The dragons were disgusted by it but Dentice was thrilled, tracking down Fountain’s details immediately and sending her a frenzied email asking where she could get one in New Zealand. There were no stockists here, but Dentice had a plan. “I thought ‘if I want one, I know a hundred others who would want one too’.” She made a bulk order from the UK and eagerly awaited their delivery, planning to dish them out to “basically everyone” for Christmas. 

When the order arrived and she was able to take the SheWee for a spin, Dentice was delighted. “It gave me this instant freedom that I had never had before,” she says, explaining that she grew up on a big farm with four brothers, and was ridiculed everytime she had to pop a squat on family adventures. “Squatting on stinging nettle, squatting on the beach, squatting in the dark at a campsite when everyone’s flailing the torches around on your bum, squatting over the bait bucket,” she laughs, “I don’t know how many times I’ve had to do it in my lifetime.”

Armed with the SheWee, Dentice peed everywhere and anywhere. “I stood and peed with my boys against a fence on a long drive, I peed off the side of a boat,” she boasts, admitting that she keeps several SheWees stashed away for any surprise situations. “I can go wherever I want now and not have to worry, because I have SheWees everywhere. I’ve got SheWees in my car, I’ve got SheWees in my bag, but of course I do – I’m the SheWee lady.”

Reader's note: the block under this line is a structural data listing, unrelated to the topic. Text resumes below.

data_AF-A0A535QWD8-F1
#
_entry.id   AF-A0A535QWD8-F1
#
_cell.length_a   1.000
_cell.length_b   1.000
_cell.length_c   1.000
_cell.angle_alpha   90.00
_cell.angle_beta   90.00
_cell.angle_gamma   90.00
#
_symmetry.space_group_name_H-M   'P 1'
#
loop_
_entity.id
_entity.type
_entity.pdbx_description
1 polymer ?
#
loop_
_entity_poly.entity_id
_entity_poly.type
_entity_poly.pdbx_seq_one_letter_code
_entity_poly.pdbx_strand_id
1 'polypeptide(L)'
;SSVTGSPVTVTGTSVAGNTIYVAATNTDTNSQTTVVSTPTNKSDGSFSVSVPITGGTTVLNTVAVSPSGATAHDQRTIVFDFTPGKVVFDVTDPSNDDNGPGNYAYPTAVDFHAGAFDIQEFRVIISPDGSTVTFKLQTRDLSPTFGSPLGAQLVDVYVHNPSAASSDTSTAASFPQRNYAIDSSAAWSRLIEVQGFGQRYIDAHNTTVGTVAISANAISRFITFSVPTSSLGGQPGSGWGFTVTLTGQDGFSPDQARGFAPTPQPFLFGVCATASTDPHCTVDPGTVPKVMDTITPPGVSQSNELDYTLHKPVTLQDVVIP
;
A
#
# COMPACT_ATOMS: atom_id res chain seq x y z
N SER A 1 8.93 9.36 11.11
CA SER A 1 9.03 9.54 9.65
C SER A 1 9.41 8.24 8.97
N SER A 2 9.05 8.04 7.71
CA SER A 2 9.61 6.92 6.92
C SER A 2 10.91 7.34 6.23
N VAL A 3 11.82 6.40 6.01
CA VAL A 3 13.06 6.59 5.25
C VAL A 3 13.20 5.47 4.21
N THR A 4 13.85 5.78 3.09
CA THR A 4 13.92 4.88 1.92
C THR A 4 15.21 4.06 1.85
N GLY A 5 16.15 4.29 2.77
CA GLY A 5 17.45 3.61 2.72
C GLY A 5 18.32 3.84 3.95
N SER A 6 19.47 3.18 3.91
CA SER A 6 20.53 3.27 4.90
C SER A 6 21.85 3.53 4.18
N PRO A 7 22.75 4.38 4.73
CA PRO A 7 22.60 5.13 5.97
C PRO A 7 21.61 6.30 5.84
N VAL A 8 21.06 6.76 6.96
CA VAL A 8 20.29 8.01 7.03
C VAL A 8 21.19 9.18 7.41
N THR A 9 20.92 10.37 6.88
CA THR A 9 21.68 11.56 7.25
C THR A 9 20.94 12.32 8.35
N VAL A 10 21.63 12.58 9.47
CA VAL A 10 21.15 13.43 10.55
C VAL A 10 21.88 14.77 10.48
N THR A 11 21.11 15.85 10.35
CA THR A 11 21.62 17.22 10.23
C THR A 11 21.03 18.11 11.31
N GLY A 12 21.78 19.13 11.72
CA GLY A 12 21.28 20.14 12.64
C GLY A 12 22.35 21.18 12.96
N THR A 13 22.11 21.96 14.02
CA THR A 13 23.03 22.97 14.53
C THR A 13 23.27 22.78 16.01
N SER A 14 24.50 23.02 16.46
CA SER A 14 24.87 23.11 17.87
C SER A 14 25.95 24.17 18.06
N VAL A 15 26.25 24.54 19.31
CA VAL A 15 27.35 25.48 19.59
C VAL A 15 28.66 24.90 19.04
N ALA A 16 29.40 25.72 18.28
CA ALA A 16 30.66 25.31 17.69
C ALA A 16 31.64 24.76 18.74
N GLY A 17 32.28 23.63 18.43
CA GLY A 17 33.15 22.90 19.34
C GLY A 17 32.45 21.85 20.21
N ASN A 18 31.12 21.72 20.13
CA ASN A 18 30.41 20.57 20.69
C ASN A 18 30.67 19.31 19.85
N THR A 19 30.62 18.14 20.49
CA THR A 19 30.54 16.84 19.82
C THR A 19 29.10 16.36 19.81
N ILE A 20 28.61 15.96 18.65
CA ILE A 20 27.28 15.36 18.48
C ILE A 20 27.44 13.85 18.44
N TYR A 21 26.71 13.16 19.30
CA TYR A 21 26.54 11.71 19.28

The SheWee lady became official when she secured distribution rights in New Zealand, soft launching through a handful of Trade Me listings. People were quick to respond with their distaste. “I had this dude sending me all these messages that I was revolting, disgusting, unladylike,” she recalls. “It was just ridiculous. You’d think I was trying to sell something even more scandalous than sex toys.” Trade Me took the listings down following the outrage. The move disappointed Dentice, who says the SheWee can genuinely change lives. 

As a nurse, Dentice was extremely motivated by the health and accessibility benefits that devices like the SheWee can provide. “For those who have incontinence issues, they are really good for bladder training. For those who might otherwise be catheterised, this can allow them to pee from the edge of the bed.” She speaks of countless stories she has heard from women who, due to having a weak bladder, have put limits on their activities. “Eventually they just stop going out on boats, stop going for long walks, because it’s just not a possibility for them.”